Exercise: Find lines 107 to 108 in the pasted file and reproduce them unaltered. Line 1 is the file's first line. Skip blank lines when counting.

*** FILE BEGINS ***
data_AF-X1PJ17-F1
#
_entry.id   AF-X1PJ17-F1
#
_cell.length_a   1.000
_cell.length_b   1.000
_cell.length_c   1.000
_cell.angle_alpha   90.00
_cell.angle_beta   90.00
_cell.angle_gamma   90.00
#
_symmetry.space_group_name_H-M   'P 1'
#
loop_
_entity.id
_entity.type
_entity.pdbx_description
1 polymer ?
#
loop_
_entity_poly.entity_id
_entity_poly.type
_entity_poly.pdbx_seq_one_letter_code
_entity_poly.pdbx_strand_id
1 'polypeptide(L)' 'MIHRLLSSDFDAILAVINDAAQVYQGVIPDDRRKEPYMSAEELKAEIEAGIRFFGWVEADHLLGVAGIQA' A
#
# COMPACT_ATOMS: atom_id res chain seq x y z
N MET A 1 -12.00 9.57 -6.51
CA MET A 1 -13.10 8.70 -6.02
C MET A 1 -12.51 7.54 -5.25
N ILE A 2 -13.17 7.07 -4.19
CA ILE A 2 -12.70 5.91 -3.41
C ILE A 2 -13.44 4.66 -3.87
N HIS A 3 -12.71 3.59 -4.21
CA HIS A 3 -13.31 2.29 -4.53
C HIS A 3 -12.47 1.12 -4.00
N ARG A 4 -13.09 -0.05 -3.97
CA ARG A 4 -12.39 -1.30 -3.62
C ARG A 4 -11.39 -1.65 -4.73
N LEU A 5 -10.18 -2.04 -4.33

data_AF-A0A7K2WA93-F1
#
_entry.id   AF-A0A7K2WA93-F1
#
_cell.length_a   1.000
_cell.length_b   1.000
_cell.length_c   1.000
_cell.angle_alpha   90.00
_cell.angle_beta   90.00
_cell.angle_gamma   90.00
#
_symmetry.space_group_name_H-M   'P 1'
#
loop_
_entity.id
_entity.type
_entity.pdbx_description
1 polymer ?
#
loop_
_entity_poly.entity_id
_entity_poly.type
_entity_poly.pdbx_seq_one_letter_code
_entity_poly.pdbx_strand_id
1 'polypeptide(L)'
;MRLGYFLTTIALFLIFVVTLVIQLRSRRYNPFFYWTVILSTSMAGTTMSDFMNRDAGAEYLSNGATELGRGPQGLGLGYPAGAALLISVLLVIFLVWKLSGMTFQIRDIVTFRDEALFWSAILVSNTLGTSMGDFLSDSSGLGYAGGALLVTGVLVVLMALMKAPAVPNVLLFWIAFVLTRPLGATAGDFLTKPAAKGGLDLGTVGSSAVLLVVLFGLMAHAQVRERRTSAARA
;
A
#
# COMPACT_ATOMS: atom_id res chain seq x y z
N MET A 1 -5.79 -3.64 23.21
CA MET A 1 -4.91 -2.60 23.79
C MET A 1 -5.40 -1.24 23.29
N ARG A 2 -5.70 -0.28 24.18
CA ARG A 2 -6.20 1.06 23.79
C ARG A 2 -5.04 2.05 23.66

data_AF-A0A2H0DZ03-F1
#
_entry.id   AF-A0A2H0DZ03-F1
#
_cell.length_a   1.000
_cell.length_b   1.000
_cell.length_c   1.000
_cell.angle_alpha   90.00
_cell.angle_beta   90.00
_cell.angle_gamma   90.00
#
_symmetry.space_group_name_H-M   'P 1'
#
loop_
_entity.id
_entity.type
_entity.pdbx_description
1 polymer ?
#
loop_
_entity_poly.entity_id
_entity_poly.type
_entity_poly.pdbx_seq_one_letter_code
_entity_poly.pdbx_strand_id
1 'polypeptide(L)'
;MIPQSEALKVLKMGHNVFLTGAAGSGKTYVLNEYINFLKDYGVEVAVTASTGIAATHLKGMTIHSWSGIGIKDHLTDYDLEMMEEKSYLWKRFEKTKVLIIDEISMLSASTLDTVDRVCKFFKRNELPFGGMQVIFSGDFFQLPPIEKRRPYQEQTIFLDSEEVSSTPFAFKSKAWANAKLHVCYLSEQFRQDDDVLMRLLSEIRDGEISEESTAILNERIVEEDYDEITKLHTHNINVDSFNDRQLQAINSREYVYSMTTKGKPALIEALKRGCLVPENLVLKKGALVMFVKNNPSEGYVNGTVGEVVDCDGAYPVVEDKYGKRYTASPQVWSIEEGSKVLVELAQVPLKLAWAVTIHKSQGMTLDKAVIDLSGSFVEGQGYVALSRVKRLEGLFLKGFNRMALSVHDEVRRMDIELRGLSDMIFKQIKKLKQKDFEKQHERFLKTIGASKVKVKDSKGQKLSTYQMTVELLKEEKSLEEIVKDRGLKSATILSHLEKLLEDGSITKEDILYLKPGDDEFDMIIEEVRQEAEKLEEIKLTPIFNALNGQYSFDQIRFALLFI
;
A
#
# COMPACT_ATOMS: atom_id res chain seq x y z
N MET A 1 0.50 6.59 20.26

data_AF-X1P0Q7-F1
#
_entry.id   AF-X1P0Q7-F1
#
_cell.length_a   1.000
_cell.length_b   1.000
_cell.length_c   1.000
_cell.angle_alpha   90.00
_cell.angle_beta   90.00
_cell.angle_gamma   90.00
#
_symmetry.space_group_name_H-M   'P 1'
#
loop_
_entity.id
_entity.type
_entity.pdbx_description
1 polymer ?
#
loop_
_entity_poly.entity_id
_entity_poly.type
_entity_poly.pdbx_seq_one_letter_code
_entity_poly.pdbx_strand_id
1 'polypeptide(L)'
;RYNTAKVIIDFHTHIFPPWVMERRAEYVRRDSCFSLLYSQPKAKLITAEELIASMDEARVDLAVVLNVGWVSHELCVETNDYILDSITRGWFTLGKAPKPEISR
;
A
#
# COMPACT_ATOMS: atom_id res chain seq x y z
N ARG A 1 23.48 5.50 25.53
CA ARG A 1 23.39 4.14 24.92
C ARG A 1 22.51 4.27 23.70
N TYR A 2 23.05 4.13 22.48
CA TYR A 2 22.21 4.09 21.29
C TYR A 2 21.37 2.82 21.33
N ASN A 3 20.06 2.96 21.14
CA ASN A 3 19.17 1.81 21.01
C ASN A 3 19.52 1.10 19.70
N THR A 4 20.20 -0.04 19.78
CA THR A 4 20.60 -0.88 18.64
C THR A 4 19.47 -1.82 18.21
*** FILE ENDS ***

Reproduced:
N MET A 1 0.50 6.59 20.26

data_AF-X1P0Q7-F1